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Department of Linguistics

in the past

interesting examples: Sound bites from the past

The Australian Ancestors Project

The Australian Ancestors Project is a research project which involves an acoustic phonetic analysis of historical speech data. It continues to provide important insights into the history of Australian English and the nature of sound change in language generally. The extensive historical database generated by this project contains valuable material for the examination of current phonetic theories and through this work we are developing new methods and techniques in quantifying language change. We gratefully acknowledge the generosity of many individuals who have donated samples of their ancestors' voices.

older way of saying "new"

Mr Luscombe is telling a funny story about a friend who tried to use a live frog as bait while fishing.

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Mr Luscombe has an older way of saying the word "new". He uses the single consonant /n/ at the beginning of the word. Australian English speakers today would use /nj/ instead. He also has an interesting intonation pattern and some older forms of vowels such as in the words "Tommies", "line" and "morning". You can tell that he is elderly by the characteristics of his voice quality.

intrusive "r"

In this excerpt Mr Bennett is discussing the alleged return of Dan Kelly.

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One interesting characteristic of his speech is the insertion of an "r" sound between words. In the following phrases the inserted "r" is called intrusive "r" and occurs in "India I", "saw 'is" and "Calcutta 'arbour". He also uses a different form of "l" sound in the word "Kelly" and has older forms of the vowels in "died" and "old".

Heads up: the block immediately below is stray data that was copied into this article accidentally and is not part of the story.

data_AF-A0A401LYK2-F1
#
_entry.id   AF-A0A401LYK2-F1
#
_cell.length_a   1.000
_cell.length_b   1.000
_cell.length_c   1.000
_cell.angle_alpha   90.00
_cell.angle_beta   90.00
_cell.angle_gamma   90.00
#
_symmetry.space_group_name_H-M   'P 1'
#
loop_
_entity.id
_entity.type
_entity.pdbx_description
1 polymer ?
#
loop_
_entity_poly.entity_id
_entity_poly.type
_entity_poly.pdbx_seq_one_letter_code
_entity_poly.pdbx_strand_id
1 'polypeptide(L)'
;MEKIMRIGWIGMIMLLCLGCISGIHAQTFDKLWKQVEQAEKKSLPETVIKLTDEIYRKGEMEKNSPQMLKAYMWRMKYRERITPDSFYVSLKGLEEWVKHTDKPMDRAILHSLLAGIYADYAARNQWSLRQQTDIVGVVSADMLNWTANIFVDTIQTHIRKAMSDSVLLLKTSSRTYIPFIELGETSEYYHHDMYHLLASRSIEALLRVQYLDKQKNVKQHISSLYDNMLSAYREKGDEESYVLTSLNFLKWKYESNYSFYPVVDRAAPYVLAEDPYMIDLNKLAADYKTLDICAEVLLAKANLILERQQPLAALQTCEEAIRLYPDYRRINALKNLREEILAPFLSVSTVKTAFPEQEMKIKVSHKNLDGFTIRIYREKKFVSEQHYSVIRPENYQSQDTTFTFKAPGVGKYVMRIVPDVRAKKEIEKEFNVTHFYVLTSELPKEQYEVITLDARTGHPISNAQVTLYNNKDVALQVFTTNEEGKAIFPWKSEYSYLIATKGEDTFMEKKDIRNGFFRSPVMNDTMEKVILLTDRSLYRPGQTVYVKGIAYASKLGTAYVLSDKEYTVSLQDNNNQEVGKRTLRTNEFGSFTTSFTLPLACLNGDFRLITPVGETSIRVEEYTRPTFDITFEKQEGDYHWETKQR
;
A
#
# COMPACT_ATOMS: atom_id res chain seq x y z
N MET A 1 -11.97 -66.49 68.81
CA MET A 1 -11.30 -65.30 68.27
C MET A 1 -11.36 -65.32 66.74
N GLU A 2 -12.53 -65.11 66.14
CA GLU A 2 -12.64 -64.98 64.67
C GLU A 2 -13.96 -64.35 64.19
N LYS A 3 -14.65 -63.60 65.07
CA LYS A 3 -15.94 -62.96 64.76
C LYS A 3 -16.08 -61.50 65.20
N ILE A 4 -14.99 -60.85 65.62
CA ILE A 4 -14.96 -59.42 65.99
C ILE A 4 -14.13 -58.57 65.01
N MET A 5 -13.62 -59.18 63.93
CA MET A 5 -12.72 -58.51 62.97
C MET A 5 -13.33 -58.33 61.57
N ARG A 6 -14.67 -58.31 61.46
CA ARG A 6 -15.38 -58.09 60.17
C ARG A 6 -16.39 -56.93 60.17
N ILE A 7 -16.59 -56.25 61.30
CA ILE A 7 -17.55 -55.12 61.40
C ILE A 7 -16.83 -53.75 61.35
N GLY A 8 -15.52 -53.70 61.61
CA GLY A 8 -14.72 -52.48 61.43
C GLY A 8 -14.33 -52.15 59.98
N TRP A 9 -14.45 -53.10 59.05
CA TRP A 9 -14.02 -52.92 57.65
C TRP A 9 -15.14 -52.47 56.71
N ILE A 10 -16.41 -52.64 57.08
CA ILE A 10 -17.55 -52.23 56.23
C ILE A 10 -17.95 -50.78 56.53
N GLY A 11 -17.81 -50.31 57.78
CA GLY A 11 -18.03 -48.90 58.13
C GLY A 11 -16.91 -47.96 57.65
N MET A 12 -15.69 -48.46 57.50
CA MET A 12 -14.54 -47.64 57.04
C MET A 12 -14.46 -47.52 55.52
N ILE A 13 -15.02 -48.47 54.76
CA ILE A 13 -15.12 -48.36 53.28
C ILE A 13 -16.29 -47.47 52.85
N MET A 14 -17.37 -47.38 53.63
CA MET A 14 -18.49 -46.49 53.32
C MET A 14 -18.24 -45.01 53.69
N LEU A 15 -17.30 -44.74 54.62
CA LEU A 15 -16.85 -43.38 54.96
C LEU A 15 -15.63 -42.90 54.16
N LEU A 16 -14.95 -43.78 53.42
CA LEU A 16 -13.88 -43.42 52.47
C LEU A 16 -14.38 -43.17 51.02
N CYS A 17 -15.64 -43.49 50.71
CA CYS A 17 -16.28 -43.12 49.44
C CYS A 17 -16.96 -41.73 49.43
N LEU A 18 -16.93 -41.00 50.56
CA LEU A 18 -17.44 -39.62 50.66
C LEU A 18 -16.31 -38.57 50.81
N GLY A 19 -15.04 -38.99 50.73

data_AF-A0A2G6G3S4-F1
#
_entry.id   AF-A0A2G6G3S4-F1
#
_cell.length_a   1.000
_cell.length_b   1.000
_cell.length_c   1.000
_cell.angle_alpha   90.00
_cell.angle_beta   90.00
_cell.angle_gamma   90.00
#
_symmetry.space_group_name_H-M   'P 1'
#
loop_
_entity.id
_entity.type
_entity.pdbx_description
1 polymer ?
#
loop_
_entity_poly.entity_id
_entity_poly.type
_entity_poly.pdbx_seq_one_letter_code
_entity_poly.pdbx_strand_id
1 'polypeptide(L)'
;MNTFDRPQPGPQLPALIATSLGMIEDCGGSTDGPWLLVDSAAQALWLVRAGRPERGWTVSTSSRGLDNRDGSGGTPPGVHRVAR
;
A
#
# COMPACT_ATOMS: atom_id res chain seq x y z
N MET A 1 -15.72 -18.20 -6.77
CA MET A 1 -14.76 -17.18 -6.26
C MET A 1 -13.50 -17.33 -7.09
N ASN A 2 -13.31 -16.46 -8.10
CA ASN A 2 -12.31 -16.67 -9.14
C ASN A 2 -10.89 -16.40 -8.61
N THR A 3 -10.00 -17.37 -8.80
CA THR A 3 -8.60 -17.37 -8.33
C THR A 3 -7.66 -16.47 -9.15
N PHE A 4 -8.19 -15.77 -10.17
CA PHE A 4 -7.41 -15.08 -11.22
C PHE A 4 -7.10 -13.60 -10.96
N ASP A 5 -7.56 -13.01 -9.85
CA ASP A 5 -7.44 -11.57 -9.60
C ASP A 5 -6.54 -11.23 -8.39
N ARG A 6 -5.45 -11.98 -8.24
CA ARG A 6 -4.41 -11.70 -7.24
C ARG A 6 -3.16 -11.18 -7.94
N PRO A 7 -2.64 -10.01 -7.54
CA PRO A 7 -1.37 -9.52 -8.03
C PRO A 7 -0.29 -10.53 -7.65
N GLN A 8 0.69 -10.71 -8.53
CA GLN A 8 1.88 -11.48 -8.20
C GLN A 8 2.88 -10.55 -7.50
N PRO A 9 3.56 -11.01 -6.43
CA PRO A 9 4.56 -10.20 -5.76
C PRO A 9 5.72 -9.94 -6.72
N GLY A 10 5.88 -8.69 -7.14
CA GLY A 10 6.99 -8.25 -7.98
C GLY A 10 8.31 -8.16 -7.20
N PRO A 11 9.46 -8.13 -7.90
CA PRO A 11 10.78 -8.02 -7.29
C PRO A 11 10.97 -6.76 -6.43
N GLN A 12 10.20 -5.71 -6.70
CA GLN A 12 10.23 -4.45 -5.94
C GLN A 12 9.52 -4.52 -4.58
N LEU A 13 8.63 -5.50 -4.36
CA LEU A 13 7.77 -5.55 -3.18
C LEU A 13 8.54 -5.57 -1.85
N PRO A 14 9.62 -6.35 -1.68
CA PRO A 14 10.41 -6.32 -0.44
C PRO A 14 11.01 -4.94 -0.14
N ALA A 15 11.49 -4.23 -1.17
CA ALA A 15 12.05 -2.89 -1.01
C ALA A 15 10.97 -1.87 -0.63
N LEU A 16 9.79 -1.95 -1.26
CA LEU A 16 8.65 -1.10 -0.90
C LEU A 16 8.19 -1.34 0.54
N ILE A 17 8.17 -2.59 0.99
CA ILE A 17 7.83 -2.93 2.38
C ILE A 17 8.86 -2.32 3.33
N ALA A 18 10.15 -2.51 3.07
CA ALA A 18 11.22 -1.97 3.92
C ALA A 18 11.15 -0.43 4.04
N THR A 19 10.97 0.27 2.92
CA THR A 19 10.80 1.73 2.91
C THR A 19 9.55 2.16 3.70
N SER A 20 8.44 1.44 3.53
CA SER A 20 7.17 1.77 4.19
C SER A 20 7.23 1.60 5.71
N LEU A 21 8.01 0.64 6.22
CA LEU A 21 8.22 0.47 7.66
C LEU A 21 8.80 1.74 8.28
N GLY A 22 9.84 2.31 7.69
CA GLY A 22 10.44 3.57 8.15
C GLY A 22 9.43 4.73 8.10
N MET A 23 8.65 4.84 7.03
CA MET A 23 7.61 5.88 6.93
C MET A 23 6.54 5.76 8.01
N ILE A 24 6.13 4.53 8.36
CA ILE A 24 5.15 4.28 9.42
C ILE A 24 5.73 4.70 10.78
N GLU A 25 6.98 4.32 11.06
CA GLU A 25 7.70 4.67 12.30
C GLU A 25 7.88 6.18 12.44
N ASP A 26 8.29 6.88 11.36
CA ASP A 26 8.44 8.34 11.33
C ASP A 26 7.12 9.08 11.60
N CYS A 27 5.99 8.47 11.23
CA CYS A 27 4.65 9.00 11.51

"later", "died"

Mr Carroll discusses an incident where two shearers died after being given poisoned rum.

He uses older forms of the vowels in "later" and "died".

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older form of "l"

Miss Morrison describes an incident that occurred while she was walking along a country road with a school inspector. She uses an older form of the "l" sound in "bull", "alone", "along" and "ankles".

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Mrs David recounts an incident where her cabin was nearly set alight by a man dropping a cigarette into a petrol tank. Listen to the first vowel sound in "cabin". This is an older form of this vowel. Also the vowel sound in "hole" is not pronounced in this way anymore.

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Mr Mills discusses a visit to a hotel in Victoria where Kate Kelly was working.

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older form of "l"

Mr Nix describes a scene where his friend met Ned Kelly. Listen to the vowel in "beard" and the older form of the "l" sound in "Kelly".

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Mr Hill is reminiscing about wedding celebrations in his youth.

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